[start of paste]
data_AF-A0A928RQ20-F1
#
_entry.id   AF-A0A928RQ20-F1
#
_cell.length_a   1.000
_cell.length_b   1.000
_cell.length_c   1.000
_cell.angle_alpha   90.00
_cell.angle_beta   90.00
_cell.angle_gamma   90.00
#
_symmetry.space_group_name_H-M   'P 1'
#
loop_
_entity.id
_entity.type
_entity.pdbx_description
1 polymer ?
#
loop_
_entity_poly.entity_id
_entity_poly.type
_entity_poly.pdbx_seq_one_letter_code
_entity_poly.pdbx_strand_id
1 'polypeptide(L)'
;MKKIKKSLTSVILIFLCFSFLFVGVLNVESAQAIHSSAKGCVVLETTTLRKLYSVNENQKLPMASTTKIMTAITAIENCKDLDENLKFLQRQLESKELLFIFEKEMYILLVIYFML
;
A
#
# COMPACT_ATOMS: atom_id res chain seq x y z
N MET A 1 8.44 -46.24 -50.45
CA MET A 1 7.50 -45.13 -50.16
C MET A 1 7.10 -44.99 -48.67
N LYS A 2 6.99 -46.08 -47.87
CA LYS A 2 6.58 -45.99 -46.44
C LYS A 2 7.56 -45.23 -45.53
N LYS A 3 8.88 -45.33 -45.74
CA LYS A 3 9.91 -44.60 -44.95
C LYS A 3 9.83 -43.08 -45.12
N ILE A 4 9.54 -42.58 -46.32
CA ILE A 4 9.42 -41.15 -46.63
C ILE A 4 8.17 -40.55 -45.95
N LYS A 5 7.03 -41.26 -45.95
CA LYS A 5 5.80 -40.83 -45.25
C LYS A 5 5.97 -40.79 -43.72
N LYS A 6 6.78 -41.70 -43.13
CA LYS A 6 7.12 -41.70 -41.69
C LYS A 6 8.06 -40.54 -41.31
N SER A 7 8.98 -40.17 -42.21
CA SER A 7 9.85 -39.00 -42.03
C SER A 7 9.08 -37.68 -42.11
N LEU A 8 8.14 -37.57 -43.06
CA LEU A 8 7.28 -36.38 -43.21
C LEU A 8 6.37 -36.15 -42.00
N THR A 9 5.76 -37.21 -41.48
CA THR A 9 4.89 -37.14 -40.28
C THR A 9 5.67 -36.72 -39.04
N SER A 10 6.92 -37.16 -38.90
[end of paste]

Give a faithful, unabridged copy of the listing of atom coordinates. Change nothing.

data_AF-A0A928RQ20-F1
#
_entry.id   AF-A0A928RQ20-F1
#
_cell.length_a   1.000
_cell.length_b   1.000
_cell.length_c   1.000
_cell.angle_alpha   90.00
_cell.angle_beta   90.00
_cell.angle_gamma   90.00
#
_symmetry.space_group_name_H-M   'P 1'
#
loop_
_entity.id
_entity.type
_entity.pdbx_description
1 polymer ?
#
loop_
_entity_poly.entity_id
_entity_poly.type
_entity_poly.pdbx_seq_one_letter_code
_entity_poly.pdbx_strand_id
1 'polypeptide(L)'
;MKKIKKSLTSVILIFLCFSFLFVGVLNVESAQAIHSSAKGCVVLETTTLRKLYSVNENQKLPMASTTKIMTAITAIENCKDLDENLKFLQRQLESKELLFIFEKEMYILLVIYFML
;
A
#
# COMPACT_ATOMS: atom_id res chain seq x y z
N MET A 1 8.44 -46.24 -50.45
CA MET A 1 7.50 -45.13 -50.16
C MET A 1 7.10 -44.99 -48.67
N LYS A 2 6.99 -46.08 -47.87
CA LYS A 2 6.58 -45.99 -46.44
C LYS A 2 7.56 -45.23 -45.53
N LYS A 3 8.88 -45.33 -45.74
CA LYS A 3 9.91 -44.60 -44.95
C LYS A 3 9.83 -43.08 -45.12
N ILE A 4 9.54 -42.58 -46.32
CA ILE A 4 9.42 -41.15 -46.63
C ILE A 4 8.17 -40.55 -45.95
N LYS A 5 7.03 -41.26 -45.95
CA LYS A 5 5.80 -40.83 -45.25
C LYS A 5 5.97 -40.79 -43.72
N LYS A 6 6.78 -41.70 -43.13
CA LYS A 6 7.12 -41.70 -41.69
C LYS A 6 8.06 -40.54 -41.31
N SER A 7 8.98 -40.17 -42.21
CA SER A 7 9.85 -39.00 -42.03
C SER A 7 9.08 -37.68 -42.11
N LEU A 8 8.14 -37.57 -43.06
CA LEU A 8 7.28 -36.38 -43.21
C LEU A 8 6.37 -36.15 -42.00
N THR A 9 5.76 -37.21 -41.48
CA THR A 9 4.89 -37.14 -40.28
C THR A 9 5.67 -36.72 -39.04
N SER A 10 6.92 -37.16 -38.90